CT of Small-Bowel Ischemia Associated with Obstruction in Emergency Department Patients: Diagnostic Performance Evaluation
Shannon P. Sheedy, MD ; Frank Earnest, IV, MD ; Joel G. Fletcher, MD ; Jeff L. Fidler, MD ; Tanya L. Hoskin, MS
1 From the Division of Abdominal Imaging, Department of Radiology (S.P.S., F.E., J.G.F., J.L.F.) and Division of Biostatistics, Department of Health Sciences Research (T.L.H.), Mayo Clinic College of Medicine, Mayo W2, 200 First St SW, Rochester, MN 55905. Received June 8, 2005; revision requested August 3; revision received October 12; accepted November 14; final version accepted February 20, 2006.
PURPOSE: To retrospectively evaluate the diagnostic performance of computed tomography (CT) for detection of small-bowel ischemia in emergency department patients with abdominal pain and to compare the prospective interpretation with a retrospective interpretation by using surgical or pathologic findings as the reference standard.
MATERIALS AND METHODS: The HIPAA–compliant study was approved by the institutional review board, and patients consented to research authorization. Sixty patients (61 examinations) (25 male, 35 female patients; median age, 67 years; range, 0.9–89.7 years) with acute abdominal pain underwent immediate abdominal and pelvic CT and subsequent surgery of the small bowel within 7 days of CT. Prospective radiologic reports were reviewed for diagnosis of small-bowel obstruction and ischemia. Two gastrointestinal radiologists performed blinded, independent, retrospective review of the CT studies with no clinical data other than presence of acute abdominal pain. The reviewers categorized CT signs of obstruction and ischemia and estimated diagnostic certainty. Discordant findings were resolved by consensus review by a third gastrointestinal radiologist. CT interpretations were compared with prospective interpretations and surgical or pathologic findings. Sensitivity and specificity estimates with confidence intervals were calculated. Fisher exact and 2 tests were used to assess associations between CT signs and the diagnosis of ischemia; statistics were used to estimate agreement between readers.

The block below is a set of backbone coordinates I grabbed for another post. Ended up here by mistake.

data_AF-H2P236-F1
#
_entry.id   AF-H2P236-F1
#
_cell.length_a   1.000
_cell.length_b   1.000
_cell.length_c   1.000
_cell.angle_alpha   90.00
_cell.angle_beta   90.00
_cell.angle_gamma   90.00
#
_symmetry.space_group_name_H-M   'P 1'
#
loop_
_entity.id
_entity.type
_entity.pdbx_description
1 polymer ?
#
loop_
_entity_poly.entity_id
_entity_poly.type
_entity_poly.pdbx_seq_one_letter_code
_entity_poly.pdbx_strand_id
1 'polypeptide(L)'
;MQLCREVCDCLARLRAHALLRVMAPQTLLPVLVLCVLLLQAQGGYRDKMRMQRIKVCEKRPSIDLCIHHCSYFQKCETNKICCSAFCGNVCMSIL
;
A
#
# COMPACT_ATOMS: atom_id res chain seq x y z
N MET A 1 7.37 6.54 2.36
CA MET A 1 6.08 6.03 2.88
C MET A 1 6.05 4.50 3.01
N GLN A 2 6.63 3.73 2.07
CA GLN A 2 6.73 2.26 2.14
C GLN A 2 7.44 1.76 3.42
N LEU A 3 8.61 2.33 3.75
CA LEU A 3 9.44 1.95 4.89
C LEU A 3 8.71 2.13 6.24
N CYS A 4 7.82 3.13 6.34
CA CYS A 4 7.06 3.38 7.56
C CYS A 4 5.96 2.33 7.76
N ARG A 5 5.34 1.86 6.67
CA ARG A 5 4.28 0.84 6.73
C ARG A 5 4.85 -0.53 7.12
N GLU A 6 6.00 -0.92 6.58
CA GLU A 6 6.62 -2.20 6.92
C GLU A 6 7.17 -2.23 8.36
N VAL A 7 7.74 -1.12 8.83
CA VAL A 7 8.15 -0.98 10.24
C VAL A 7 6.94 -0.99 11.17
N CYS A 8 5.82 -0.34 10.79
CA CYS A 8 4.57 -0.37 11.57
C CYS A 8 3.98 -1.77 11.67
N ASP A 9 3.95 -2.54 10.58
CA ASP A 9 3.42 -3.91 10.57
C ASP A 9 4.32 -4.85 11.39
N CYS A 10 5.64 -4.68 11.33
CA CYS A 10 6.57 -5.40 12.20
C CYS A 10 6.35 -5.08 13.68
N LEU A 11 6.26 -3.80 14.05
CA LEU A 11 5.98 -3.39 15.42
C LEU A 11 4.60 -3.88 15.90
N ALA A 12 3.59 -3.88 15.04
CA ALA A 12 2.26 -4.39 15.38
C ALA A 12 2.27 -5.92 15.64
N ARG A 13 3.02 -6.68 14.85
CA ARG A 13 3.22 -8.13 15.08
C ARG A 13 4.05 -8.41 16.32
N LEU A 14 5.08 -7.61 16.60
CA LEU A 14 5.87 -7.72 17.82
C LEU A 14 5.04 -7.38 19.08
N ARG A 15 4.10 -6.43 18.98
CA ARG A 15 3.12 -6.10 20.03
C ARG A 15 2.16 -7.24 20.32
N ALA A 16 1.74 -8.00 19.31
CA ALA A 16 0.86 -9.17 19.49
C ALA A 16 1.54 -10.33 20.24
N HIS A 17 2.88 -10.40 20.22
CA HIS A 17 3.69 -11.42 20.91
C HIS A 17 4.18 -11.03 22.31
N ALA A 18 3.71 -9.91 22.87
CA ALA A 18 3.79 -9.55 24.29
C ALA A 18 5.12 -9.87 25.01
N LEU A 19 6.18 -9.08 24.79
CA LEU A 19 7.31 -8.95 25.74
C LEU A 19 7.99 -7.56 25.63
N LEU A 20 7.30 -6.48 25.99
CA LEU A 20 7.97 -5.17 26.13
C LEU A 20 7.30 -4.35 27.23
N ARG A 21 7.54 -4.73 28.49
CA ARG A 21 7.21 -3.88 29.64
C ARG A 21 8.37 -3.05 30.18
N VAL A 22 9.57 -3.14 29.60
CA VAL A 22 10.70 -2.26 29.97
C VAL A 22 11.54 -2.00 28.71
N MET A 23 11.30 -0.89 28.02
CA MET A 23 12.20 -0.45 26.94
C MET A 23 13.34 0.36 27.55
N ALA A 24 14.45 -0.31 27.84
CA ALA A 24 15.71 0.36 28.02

RESULTS: In 27 (44%) of 61 CT studies, small-bowel ischemia was surgically or pathologically confirmed. Sensitivity and specificity for the diagnosis of ischemia were, respectively, 14.8% and 94.1% for prospective interpretations, 29.6% and 91.2% for reader 1, 40.7% and 85.3% for reader 2, and 51.9% and 88.2% for the consensus review. Decreased segmental enhancement was the most specific sign for small-bowel ischemia (P = .001), and its recognition would have improved the diagnostic performance of all readers. There was a significant association of the small-bowel feces sign with the presence of small-bowel ischemia (P = .046).
CONCLUSION: Diagnostic performance assessment of CT for the diagnosis of small-bowel ischemia revealed poor prospective interpretation sensitivity.